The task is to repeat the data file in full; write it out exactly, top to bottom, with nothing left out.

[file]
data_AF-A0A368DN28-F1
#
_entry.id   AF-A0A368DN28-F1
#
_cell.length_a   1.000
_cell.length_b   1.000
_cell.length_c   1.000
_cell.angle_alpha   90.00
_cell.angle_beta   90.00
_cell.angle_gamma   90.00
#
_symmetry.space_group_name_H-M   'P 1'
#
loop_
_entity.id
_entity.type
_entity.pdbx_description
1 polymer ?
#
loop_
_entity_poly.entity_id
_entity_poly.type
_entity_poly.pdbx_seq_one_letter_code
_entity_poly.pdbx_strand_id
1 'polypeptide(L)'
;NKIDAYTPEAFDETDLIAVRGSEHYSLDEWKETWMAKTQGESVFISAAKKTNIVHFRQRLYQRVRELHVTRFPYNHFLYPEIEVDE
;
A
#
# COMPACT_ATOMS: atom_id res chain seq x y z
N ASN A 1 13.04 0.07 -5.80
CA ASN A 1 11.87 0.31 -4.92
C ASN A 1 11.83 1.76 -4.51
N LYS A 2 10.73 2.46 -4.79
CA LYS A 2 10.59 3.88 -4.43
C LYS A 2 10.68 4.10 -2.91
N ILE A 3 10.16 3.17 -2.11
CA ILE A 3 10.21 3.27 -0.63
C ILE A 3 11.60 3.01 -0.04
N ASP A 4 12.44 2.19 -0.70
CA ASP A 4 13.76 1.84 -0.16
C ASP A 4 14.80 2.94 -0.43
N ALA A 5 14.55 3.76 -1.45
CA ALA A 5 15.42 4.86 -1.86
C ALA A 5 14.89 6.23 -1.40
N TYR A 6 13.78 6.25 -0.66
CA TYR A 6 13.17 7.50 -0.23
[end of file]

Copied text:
data_AF-A0A368DN28-F1
#
_entry.id   AF-A0A368DN28-F1
#
_cell.length_a   1.000
_cell.length_b   1.000
_cell.length_c   1.000
_cell.angle_alpha   90.00
_cell.angle_beta   90.00
_cell.angle_gamma   90.00
#
_symmetry.space_group_name_H-M   'P 1'
#
loop_
_entity.id
_entity.type
_entity.pdbx_description
1 polymer ?
#
loop_
_entity_poly.entity_id
_entity_poly.type
_entity_poly.pdbx_seq_one_letter_code
_entity_poly.pdbx_strand_id
1 'polypeptide(L)'
;NKIDAYTPEAFDETDLIAVRGSEHYSLDEWKETWMAKTQGESVFISAAKKTNIVHFRQRLYQRVRELHVTRFPYNHFLYPEIEVDE
;
A
#
# COMPACT_ATOMS: atom_id res chain seq x y z
N ASN A 1 13.04 0.07 -5.80
CA ASN A 1 11.87 0.31 -4.92
C ASN A 1 11.83 1.76 -4.51
N LYS A 2 10.73 2.46 -4.79
CA LYS A 2 10.59 3.88 -4.43
C LYS A 2 10.68 4.10 -2.91
N ILE A 3 10.16 3.17 -2.11
CA ILE A 3 10.21 3.27 -0.63
C ILE A 3 11.60 3.01 -0.04
N ASP A 4 12.44 2.19 -0.70
CA ASP A 4 13.76 1.84 -0.16
C ASP A 4 14.80 2.94 -0.43
N ALA A 5 14.55 3.76 -1.45
CA ALA A 5 15.42 4.86 -1.86
C ALA A 5 14.89 6.23 -1.40
N TYR A 6 13.78 6.25 -0.66
CA TYR A 6 13.17 7.50 -0.23